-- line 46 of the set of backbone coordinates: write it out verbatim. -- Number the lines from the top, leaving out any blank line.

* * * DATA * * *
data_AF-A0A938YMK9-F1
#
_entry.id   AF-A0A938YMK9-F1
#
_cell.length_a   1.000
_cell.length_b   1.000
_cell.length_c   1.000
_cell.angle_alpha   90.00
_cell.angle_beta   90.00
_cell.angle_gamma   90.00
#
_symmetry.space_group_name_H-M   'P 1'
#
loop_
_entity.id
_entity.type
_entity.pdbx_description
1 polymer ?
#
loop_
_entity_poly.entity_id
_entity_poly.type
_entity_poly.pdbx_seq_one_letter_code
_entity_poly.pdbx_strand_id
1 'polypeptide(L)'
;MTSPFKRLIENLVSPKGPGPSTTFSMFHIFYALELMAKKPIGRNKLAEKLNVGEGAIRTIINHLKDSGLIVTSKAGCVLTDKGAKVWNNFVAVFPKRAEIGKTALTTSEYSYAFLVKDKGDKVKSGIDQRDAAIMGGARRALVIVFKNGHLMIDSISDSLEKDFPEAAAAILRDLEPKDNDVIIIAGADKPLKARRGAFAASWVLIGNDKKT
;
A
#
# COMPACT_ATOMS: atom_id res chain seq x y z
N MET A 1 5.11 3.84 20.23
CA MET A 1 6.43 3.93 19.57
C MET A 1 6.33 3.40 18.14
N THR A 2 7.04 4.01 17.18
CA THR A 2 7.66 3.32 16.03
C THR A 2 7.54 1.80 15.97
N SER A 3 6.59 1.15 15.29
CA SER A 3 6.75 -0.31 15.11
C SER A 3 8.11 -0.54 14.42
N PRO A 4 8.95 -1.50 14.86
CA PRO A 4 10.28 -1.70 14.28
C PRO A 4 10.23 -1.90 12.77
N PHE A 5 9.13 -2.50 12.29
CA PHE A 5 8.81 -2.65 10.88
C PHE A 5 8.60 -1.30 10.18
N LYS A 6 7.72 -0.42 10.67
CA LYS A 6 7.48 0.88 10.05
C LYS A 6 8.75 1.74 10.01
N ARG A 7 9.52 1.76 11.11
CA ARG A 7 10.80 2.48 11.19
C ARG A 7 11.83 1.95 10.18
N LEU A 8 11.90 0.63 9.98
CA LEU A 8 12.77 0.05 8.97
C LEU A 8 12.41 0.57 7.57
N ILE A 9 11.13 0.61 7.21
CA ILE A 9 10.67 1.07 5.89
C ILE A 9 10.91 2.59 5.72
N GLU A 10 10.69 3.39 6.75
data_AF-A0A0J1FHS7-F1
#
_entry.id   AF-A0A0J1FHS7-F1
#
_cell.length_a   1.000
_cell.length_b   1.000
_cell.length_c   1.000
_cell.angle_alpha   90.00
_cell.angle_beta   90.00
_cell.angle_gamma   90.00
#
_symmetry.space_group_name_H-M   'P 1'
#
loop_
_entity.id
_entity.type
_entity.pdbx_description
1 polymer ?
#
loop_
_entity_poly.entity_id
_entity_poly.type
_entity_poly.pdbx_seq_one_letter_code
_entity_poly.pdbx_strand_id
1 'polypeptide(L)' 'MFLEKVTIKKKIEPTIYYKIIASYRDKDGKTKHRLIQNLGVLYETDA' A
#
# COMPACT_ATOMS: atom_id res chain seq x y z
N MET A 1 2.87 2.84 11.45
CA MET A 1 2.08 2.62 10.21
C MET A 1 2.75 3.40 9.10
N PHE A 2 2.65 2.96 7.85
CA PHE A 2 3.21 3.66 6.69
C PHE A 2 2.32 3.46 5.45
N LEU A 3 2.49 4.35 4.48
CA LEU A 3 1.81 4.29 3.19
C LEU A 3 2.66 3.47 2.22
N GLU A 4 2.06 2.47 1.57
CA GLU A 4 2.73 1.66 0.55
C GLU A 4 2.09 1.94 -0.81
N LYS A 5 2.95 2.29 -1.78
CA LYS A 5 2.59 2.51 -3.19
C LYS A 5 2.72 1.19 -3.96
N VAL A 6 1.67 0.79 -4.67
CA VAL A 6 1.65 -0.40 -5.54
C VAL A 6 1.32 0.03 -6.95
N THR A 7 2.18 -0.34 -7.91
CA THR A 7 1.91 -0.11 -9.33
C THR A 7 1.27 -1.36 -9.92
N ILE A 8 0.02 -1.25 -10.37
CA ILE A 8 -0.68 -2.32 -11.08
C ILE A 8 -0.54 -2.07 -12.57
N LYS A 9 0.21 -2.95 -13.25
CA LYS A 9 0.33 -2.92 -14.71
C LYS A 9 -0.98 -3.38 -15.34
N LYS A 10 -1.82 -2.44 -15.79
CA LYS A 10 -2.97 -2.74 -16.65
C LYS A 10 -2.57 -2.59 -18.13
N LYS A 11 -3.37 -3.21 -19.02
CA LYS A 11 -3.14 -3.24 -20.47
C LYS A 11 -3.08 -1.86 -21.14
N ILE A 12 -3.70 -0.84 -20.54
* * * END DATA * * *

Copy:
N LYS A 6 7.72 -0.42 10.67